The Big Picture: African equity returns expected to be driven by earnings growth rather than re-ratings

As frontier markets continue to outperform emerging markets, a fund manager, who is riding this promising wave by investing in African equities, explains what is driving economic growth in Africa (excluding South Africa), and gives a short and long term outlook for this market.
The Pangaea Africa Fund of Funds is an equity Fund launched in June 2011 by 27four Investment Managers, a firm based in Johannesburg, South Africa, named after a date, 27 April 1994, when South Africa saw its first democratic election. It invests in five to ten Africa (ex South Africa (S.A.)) focused mutual funds at any one time.

Frontier markets continued to outperform emerging markets in 2013, a trend seen in the second half of 2013 when US Fed taper talk saw emerging market (EM) currencies weaken substantially while most frontier market currencies held firm. Africa (ex S.A.) was the best performing frontier region for the last quarter of last year, driven by Egypt, and for the year 2013, sub-Saharan African markets had the best performance, after a strong 2012. From the beginning of 2012, these markets have returned 86% as measured by the MSCI FM Africa Index (54% in 2012, 31% in 2013, and currently down -7% YTD).

Economic growth view
According to 27four, over the last decade, many African countries have enjoyed economic growth in excess of 6% per annum – twice the average growth rate of the developed market economies and many emerging economies. According to the IMF, over the next five years, nine out of the top 20 fastest growing economies in the world may be in Africa.

There are two broad factors at play, which are driving this growth in economic output across many African countries, says 27four:

• Demographics – a young and growing urbanised workforce that is more literate and healthier than previous generations.

• Broad economic reform – a result of improving institutional and political governance.

The managers at 27four compare Africa now to what the Asian tiger economies were like in the 1970/80s. The opportunity that the continent offers, they explain, is in the incremental improvements (governance, infrastructure, etc.) taking place across most of the continent that are making it easier to do business there.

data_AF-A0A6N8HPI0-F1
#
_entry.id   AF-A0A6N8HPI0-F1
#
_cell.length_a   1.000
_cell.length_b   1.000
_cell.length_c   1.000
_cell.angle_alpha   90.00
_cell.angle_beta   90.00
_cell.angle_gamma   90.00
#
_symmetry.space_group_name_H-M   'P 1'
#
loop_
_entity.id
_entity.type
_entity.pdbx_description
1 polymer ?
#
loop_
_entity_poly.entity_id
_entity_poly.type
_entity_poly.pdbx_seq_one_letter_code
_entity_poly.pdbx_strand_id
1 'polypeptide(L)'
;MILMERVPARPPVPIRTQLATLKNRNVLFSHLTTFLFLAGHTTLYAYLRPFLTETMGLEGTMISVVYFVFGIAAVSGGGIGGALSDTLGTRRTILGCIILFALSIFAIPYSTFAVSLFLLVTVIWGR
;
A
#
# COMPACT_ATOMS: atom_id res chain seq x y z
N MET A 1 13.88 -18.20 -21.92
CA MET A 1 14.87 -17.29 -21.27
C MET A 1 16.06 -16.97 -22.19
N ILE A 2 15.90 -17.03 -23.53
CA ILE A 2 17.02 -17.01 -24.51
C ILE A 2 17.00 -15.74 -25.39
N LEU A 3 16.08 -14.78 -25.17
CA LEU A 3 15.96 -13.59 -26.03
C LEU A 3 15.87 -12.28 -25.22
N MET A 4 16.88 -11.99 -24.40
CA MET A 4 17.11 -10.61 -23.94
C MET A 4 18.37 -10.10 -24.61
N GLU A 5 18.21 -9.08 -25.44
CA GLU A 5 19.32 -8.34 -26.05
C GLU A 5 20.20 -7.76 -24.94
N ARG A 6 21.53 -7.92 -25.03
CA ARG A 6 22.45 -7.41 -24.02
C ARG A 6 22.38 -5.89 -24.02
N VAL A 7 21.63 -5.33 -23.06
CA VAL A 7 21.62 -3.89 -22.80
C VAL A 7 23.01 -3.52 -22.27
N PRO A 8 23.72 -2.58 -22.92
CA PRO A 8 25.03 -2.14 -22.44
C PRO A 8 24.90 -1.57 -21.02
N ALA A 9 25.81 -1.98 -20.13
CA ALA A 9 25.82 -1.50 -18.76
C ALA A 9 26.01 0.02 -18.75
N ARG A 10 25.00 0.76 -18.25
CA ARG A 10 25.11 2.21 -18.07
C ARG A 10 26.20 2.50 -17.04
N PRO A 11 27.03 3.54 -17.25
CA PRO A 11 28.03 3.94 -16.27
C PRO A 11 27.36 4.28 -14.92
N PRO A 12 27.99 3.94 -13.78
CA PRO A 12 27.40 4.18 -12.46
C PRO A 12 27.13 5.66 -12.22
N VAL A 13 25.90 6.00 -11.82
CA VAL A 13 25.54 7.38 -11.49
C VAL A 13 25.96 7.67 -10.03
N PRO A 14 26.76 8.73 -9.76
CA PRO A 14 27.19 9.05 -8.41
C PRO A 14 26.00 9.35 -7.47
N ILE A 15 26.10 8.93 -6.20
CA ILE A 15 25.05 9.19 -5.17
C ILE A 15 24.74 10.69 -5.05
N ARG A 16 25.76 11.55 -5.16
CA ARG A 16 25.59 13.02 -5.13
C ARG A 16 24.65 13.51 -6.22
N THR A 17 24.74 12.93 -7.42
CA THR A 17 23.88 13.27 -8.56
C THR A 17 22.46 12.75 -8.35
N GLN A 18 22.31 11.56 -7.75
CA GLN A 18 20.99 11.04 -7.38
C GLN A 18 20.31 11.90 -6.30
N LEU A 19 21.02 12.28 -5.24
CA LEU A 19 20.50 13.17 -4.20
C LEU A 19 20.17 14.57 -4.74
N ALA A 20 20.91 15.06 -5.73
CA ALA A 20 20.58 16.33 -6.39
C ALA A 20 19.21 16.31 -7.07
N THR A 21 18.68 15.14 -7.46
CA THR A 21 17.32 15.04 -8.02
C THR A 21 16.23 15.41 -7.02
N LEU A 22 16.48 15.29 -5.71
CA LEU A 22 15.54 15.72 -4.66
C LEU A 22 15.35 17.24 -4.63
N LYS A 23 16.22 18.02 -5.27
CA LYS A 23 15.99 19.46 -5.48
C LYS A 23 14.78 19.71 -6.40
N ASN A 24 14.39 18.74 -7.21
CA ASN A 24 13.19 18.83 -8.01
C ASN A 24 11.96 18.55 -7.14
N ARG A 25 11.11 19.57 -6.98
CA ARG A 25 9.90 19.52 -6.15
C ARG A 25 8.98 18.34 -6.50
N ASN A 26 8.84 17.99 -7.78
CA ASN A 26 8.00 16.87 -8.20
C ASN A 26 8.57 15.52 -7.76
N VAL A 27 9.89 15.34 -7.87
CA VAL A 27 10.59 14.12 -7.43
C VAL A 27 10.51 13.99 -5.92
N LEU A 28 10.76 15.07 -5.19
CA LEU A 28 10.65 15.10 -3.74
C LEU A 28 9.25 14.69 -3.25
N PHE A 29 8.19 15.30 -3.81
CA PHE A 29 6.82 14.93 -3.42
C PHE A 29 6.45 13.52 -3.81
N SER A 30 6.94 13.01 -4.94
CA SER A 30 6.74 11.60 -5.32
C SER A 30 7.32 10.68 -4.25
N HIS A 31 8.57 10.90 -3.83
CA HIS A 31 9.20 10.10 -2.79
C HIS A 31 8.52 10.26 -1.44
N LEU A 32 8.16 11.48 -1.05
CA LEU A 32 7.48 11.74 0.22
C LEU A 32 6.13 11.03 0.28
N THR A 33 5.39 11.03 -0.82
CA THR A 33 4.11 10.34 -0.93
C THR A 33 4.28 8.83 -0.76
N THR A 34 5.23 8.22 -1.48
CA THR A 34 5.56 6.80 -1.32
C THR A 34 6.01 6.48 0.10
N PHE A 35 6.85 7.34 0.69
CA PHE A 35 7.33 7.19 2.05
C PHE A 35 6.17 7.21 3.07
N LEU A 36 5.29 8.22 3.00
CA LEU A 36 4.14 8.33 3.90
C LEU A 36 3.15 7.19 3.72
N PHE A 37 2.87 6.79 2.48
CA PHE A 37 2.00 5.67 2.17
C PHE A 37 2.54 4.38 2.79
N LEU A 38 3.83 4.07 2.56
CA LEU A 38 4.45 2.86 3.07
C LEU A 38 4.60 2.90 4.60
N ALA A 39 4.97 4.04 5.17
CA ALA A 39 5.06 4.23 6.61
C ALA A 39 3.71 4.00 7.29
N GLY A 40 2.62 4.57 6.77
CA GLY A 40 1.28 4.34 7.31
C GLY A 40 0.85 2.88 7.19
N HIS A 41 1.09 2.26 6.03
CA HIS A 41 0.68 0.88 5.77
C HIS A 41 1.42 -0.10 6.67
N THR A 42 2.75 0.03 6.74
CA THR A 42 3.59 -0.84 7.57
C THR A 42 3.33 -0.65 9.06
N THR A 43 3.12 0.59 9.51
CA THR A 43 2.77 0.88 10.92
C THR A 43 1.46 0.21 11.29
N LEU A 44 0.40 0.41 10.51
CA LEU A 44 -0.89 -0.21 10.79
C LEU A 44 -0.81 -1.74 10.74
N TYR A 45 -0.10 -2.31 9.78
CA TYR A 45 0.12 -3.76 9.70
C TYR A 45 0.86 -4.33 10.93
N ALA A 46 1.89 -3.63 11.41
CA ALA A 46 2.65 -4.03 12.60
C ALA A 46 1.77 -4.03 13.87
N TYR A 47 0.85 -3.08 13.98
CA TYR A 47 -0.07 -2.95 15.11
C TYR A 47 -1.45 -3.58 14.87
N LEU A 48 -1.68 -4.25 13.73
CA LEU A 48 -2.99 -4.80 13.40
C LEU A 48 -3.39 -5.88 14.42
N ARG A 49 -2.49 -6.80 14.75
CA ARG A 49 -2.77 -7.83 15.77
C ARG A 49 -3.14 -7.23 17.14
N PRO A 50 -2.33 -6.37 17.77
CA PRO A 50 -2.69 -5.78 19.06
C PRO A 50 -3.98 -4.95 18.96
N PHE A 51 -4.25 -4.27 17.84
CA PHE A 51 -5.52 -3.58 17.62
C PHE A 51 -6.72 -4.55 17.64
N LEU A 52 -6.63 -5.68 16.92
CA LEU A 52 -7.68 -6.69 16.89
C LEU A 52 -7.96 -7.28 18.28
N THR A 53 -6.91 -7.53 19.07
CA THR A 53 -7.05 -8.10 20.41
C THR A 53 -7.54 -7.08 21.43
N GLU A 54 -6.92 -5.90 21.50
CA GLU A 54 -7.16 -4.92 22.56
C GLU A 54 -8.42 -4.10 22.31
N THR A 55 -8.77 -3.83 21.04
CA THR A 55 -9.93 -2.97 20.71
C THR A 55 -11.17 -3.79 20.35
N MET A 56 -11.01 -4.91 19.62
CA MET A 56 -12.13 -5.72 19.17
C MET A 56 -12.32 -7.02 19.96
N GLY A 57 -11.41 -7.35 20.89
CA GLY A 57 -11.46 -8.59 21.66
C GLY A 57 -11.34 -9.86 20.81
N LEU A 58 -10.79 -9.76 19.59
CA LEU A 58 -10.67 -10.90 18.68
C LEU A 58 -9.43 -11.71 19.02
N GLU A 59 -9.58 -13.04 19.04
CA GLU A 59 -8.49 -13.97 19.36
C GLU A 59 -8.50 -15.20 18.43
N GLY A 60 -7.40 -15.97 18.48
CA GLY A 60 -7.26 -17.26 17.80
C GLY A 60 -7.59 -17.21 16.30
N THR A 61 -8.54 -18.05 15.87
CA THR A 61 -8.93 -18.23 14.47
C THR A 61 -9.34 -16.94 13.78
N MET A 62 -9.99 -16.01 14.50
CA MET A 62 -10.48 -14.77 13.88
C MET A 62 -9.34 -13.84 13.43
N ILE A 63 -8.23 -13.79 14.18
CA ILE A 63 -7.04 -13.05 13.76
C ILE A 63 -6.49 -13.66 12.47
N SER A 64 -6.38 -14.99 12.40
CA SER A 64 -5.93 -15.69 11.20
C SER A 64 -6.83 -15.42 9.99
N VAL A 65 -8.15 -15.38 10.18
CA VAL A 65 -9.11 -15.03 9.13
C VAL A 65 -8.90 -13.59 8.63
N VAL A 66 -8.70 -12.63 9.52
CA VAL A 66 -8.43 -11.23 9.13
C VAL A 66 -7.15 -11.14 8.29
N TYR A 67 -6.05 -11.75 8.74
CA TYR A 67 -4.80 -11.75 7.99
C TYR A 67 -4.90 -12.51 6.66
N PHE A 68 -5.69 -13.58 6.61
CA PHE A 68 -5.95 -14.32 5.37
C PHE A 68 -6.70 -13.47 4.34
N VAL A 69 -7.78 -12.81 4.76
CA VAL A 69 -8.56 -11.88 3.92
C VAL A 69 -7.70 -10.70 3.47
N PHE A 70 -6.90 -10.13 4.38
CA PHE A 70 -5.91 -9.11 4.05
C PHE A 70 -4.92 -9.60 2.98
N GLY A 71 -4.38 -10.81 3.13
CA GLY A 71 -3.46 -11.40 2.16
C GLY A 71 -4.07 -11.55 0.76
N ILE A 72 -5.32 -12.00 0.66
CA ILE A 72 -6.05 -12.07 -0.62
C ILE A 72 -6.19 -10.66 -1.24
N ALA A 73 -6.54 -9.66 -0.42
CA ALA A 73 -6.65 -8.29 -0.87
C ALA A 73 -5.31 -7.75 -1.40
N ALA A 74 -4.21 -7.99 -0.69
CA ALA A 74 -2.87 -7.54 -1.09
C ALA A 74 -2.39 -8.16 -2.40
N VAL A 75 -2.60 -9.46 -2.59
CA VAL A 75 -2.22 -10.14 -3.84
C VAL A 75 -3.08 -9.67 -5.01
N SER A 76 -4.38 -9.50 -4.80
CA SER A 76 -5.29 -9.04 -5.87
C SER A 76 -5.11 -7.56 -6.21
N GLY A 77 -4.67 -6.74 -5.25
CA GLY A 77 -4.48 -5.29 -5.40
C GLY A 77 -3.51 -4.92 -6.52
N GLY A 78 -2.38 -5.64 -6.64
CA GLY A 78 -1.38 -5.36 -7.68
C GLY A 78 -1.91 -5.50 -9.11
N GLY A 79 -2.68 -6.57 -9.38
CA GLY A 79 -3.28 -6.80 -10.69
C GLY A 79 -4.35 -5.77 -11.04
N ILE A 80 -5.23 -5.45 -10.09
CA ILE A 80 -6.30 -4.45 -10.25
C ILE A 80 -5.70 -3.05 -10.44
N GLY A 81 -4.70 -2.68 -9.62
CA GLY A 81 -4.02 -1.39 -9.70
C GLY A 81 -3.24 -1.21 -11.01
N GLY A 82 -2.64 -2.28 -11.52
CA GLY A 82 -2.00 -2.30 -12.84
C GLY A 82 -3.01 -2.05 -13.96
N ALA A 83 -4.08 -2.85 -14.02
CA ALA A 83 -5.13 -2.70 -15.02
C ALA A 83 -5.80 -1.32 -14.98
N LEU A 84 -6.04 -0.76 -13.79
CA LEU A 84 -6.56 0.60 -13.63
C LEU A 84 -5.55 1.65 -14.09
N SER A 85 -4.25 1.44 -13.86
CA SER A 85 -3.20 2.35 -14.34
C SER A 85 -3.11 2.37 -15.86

Africa (ex S.A.), currently hosts 17 investable stock markets, with more than 600 listed companies and a combined market capitalisation in excess of US$200bn. Also, many companies that offer exposure to African assets are listed on foreign market exchanges (Toronto, London, Australia, etc.) The managers at 27four expect that, as African countries move up the development curve, the breadth and depth of its capital markets will increase as well.

One should also note on African equities, the Fund’s focus, have historically displayed a low correlation (<0.6x) to world markets. Thus the fund can claim to offer risk diversification.

How to invest in Africa
The Fund, which does not use leverage, has the following mandates for its underlying funds: only invest in equity of listed companies with significant business in Africa (ex S.A.), no matter where the stock exchange is; use a long-only equity strategy; employ active or passive strategy; and must be an open-ended fund. Most funds invest in Nigeria, Egypt, Kenya, Morocco, Mauritius and in cash.

Investing in Africa is investing in frontier markets, the managers at 27four note, so it is risky. They cite risk factors such as commodity prices, political conflict and regulatory changes. In addition, in times of global capital market stress, frontier markets may often significantly underperform developed and emerging markets as investors flee to perceived safe haven assets, they add. Liquidity is also significantly lower than that of emerging markets as the capital markets go through their development phase and investing across regions introduces currency risk.